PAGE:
Millennials and Generation Z should be targeted by companies looking to establish edible insects as a key food source in Western countries, according to research published today.
Providing a strong source of protein with a significantly lower carbon footprint than traditional livestock, edible insects have long been predicted to be a key food of the future in the West. However, the ‘ick’ factor surrounding their consumption has so far limited their appeal.
According to research published today in the journal Comprehensive Reviews in Food Science and Food Safety, however, targeting younger generations is vital to increasing adoption.
“In Western countries it is the younger generation that show more willingness to try new food products, including edible insects,” said study co-author Dr Guiomar Melgar-Lalanne, from the University of Veracruz.
“The ‘foodies boom’ and the rise of veganism and flexitarians have opened the door to alternative food sources. “
“Edible insects could be the solution to the problem of how to meet the growing global demand for food in a sustainable way,” added study co-author Dr Alan-Javier Hernández-Álvarez, from the School of Food Science and Nutrition at Leeds.
“The ‘ick factor’ remains one of the biggest barriers to edible insects becoming the norm. Eating behaviour is shaped largely during early childhood and in Western countries, eating insects, especially in whole and recognisable forms, remains something seen mostly on TV shows.”
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While younger generations, including millennials, are important for companies to target, the way insects are processed is also vital to their acceptance.
In regions of the world where insects have been a commonplace part of the diet for centuries, insects are highly recognisable in dishes. However, in the West the researchers expect success to come from far more processed versions, such as powders incorporated into prepared food and snacks.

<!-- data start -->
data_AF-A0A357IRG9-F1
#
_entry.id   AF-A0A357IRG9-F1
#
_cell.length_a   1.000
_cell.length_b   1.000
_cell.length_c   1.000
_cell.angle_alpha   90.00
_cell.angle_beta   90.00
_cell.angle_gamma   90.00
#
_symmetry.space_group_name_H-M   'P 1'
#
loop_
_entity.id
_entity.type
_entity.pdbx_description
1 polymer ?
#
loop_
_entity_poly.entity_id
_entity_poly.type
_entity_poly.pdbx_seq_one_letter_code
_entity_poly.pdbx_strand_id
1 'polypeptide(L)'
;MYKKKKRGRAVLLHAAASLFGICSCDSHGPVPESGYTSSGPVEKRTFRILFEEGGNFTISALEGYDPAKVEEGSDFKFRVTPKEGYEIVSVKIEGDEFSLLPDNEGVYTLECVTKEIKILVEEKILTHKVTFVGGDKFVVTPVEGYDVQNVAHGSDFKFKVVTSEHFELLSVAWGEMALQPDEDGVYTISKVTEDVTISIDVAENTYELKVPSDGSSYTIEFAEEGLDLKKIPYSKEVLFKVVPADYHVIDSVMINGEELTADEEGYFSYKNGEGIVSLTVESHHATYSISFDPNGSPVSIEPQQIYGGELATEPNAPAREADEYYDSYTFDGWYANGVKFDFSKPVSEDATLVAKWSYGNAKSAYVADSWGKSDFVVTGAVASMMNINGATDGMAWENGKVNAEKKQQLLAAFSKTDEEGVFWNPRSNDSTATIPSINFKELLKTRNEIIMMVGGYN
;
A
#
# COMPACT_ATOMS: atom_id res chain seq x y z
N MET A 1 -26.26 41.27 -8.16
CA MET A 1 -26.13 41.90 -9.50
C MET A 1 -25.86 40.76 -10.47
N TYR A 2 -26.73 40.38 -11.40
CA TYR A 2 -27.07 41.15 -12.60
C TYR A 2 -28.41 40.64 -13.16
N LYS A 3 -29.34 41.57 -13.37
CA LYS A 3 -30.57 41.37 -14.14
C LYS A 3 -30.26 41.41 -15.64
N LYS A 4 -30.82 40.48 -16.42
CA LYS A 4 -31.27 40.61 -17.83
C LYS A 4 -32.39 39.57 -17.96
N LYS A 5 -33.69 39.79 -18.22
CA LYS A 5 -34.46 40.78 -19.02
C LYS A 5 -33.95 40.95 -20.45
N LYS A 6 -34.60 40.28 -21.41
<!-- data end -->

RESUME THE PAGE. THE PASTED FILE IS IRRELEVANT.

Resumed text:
“In some European countries consumers, particularly young adults, have shown interest in new food products that use insects in un-recognisable form, such as flour or powder used in cookies or energy drinks,” said Hernández-Álvarez.
“Developing efficient large-scale processing technologies that can develop insects powders could go a long way to helping introduce insects as a common source of protein and nutrients.
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“Food is only the tip of the iceberg for insect’s sustainable potential. Refining extraction technologies could make insects a feasible and sustainable option for replacing some currently available functional ingredients. These aspects should be a focus of future research and technological development.”
This need for technologies to support growing adoption of edible insects doesn’t just stop at processing – if adoption does rise there is also likely to be a need for advances in farming technologies.
“Promoting insects as an environmentally sustainable protein source appeals to the current attitudes in the younger generation. Another successful strategy involves serving insects as snacks between meals, which would increase inclusion of insects in daily diets. These types of snacks are increasing in popularity in the global market,” said Melgar-Lalanne.
“But if edible insects are to become a common food source current farming techniques and technologies could struggle with the demand and need to be expanded.”